FIGS. 21A and 21B show an end view and a side view, respectively, of a femoral head with holes drilled to accept the stem of FIGS. 20A, 20B and 20D and the dowel of FIGS. 20C and 20D.

DETAILED DESCRIPTION OF THE DRAWINGS

FIG. 1 shows an upper end of a large upper leg bone, namely a femur 10, a pelvis 12 with a metal actabular cup 16, and a femoral head resurfacing apparatus 9 that includes a femoral head resurfacing cap 14, in accord with one embodiment. A trochanter 18 is a large protuberance at the upper end of femur 10. Many major muscles which secure a femoral head 20 into a socket of the pelvis 12 attach to trochanter 18; accordingly, separation of trochanter 18 from femur 10 permits a dislocation of the hip joint fairly easily, giving good access to diseased areas of an arthritic or otherwise diseased hip joint.

FIG. 2 is a cross-sectional view of a femoral head 20 with arthritic calcifications 22 and an outside diameter (O.D.) 24, prior to reaming off arthritic calcifications 22 and reducing the femoral head 20 to accept femoral head resurfacing cap 14, as shown in FIG. 3. Harder outer bone structure 26 of femoral head 20 is shown without cross hatching, and a strong calcificous inner portion 28 of femoral head 20 is shown with cross hatching.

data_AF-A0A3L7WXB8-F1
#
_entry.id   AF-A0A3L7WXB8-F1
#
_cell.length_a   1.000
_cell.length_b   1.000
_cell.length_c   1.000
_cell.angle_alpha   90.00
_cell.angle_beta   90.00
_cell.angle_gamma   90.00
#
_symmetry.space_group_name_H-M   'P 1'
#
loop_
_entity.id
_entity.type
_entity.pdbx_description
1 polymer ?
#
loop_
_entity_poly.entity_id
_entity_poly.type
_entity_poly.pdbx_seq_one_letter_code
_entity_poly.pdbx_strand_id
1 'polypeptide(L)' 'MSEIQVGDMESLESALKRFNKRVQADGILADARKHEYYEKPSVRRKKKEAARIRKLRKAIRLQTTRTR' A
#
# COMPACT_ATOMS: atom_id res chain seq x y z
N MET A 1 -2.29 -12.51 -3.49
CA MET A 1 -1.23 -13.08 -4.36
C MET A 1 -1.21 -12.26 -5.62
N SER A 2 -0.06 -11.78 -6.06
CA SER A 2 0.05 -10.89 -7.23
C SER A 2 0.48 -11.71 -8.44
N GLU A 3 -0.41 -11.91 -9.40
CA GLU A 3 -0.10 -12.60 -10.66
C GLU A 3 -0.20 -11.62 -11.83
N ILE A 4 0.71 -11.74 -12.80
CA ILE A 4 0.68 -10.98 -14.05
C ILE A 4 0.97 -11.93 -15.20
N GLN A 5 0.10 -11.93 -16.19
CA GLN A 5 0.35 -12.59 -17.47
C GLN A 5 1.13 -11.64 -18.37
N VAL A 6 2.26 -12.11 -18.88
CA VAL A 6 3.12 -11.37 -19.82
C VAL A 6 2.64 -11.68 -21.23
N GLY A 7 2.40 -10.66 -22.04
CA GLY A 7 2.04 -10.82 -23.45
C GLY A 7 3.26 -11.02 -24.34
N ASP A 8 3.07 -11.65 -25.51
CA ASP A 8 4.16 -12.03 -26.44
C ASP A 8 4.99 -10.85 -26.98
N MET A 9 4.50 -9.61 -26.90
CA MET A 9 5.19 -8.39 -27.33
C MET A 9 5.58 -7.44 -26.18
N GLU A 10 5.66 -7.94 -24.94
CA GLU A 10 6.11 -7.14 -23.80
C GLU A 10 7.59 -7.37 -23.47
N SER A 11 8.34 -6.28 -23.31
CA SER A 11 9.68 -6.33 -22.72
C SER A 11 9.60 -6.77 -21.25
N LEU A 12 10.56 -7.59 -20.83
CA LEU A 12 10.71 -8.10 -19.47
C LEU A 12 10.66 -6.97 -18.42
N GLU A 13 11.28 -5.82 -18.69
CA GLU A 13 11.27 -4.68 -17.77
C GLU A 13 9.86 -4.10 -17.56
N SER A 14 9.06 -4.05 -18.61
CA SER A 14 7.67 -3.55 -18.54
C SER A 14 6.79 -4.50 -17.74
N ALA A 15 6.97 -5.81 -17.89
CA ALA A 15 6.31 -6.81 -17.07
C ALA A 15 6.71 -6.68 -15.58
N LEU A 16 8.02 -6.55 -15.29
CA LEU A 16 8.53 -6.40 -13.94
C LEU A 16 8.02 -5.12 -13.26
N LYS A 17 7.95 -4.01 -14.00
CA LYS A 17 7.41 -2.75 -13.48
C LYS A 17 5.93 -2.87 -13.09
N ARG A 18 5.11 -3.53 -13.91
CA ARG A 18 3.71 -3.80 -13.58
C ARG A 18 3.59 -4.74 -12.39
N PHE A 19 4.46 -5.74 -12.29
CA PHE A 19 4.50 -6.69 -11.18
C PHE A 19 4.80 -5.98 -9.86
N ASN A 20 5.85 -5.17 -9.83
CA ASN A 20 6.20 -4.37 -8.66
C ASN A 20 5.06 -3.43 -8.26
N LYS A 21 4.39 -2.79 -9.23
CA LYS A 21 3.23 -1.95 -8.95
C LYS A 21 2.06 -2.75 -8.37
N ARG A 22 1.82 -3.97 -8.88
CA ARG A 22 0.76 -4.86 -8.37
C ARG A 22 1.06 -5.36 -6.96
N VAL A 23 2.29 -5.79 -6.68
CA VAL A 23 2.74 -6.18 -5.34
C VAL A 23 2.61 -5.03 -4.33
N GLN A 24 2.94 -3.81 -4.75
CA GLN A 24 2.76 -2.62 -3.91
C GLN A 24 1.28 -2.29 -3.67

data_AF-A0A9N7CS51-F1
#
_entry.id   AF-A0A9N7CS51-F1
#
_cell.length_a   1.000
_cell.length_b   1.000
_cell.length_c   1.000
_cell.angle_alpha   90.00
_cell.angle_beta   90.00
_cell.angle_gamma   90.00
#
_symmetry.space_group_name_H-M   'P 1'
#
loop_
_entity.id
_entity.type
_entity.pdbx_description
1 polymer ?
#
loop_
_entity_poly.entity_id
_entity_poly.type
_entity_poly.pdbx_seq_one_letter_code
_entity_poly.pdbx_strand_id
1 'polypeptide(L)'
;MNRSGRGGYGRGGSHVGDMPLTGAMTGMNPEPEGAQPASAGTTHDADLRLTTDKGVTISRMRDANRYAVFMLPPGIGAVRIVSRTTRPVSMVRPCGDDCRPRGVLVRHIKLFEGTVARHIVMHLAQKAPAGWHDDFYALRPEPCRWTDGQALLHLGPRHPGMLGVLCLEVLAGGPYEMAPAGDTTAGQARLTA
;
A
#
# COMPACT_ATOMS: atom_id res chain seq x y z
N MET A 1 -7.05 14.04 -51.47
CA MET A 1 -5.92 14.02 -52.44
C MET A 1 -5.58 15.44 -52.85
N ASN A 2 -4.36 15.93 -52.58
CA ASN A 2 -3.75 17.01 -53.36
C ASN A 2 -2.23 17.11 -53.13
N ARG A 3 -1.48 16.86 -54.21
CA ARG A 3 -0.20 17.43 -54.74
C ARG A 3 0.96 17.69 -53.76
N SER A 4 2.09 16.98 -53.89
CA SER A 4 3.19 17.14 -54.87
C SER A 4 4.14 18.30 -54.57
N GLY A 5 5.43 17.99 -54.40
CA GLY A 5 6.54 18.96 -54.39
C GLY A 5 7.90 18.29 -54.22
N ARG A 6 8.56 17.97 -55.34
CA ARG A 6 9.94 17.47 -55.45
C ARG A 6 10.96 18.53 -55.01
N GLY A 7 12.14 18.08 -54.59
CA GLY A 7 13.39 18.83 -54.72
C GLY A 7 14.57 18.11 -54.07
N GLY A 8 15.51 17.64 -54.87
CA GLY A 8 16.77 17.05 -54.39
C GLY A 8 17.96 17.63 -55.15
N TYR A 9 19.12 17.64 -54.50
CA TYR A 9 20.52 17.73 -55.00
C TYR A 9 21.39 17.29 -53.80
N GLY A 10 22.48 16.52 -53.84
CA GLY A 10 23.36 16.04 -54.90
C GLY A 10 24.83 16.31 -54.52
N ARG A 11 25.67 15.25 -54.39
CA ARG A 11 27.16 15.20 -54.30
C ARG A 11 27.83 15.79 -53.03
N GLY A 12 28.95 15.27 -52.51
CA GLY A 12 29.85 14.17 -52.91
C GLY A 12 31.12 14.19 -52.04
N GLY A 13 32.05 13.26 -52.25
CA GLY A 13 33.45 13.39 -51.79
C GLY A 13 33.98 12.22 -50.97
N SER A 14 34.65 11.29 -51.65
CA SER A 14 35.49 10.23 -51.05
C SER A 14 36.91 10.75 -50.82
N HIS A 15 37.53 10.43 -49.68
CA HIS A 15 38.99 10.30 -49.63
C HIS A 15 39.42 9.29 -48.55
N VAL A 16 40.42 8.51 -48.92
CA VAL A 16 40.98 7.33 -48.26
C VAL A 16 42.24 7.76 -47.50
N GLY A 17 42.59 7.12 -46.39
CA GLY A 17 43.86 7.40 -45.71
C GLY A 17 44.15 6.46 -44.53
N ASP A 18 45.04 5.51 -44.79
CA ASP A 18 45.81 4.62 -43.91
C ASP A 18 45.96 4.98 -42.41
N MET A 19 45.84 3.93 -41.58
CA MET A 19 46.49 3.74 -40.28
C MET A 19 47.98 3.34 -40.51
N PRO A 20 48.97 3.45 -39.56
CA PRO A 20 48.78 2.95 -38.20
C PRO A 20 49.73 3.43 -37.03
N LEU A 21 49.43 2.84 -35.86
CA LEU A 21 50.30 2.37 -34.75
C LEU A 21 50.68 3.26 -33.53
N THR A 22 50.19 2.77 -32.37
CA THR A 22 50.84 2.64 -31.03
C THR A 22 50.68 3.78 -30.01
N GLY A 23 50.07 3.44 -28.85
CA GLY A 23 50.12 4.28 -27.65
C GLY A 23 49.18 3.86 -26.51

FIG. 3 is a cross-sectional view of a femoral head 20, after down size reaming, and a femoral head resurfacing cap 14 in accord with one embodiment. Reaming reduces O.D. 24 by about 6 mm to form a modified O.D. 30, without changing the normal shape of femoral head 20. An inner surface of cap 14 may be coated with very small protuberances and indentations 32, such as a surface formed with a hydroxyapatite porocast process (to accept bone ingrowth), fixing cap 14 to femoral head 20. Cap 14 has an outside diameter 34 that is equal or close to the original size 24 of femoral head 20 (prior to reaming). Hard outer bone structure 26 is mostly removed from the top and sides of femoral head 20 during the reaming and shaping process, as shown in FIG. 3. Additionally, FIG. 3 shows one of three non-shear fixation bars 36 with gear shaped teeth 38 having a depth of about 2 mm and gaps between teeth of about 2 mm. Non-shear fixation bars 36 run within cap 14 from an equatorial plane or edge 40 northward by a distance 42 of about 18 mm, depending on the size of the cap 14 used. Each non-shear fixation bar 36 extends radially inward from an inner surface of the cap 36 by a distance 44 of about 4 mm, and is 5 mm to 8 mm in width (see FIG. 7).